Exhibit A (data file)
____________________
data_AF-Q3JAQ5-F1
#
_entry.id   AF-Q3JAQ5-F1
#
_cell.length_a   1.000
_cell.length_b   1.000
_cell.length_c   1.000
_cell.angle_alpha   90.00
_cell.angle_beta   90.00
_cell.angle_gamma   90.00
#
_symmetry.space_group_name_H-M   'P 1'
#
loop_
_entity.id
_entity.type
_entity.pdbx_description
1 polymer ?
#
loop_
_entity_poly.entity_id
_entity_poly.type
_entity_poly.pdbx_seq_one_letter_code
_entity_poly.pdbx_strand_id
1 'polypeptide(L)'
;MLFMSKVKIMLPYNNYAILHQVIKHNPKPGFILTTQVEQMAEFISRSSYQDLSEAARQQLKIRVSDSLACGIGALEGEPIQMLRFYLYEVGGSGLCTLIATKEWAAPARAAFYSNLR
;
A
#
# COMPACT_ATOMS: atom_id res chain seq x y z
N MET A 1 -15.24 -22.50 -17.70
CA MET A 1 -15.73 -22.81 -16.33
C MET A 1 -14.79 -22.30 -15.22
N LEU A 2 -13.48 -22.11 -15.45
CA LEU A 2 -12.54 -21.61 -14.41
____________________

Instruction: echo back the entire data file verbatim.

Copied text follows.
data_AF-Q3JAQ5-F1
#
_entry.id   AF-Q3JAQ5-F1
#
_cell.length_a   1.000
_cell.length_b   1.000
_cell.length_c   1.000
_cell.angle_alpha   90.00
_cell.angle_beta   90.00
_cell.angle_gamma   90.00
#
_symmetry.space_group_name_H-M   'P 1'
#
loop_
_entity.id
_entity.type
_entity.pdbx_description
1 polymer ?
#
loop_
_entity_poly.entity_id
_entity_poly.type
_entity_poly.pdbx_seq_one_letter_code
_entity_poly.pdbx_strand_id
1 'polypeptide(L)'
;MLFMSKVKIMLPYNNYAILHQVIKHNPKPGFILTTQVEQMAEFISRSSYQDLSEAARQQLKIRVSDSLACGIGALEGEPIQMLRFYLYEVGGSGLCTLIATKEWAAPARAAFYSNLR
;
A
#
# COMPACT_ATOMS: atom_id res chain seq x y z
N MET A 1 -15.24 -22.50 -17.70
CA MET A 1 -15.73 -22.81 -16.33
C MET A 1 -14.79 -22.30 -15.22
N LEU A 2 -13.48 -22.11 -15.45
CA LEU A 2 -12.54 -21.61 -14.41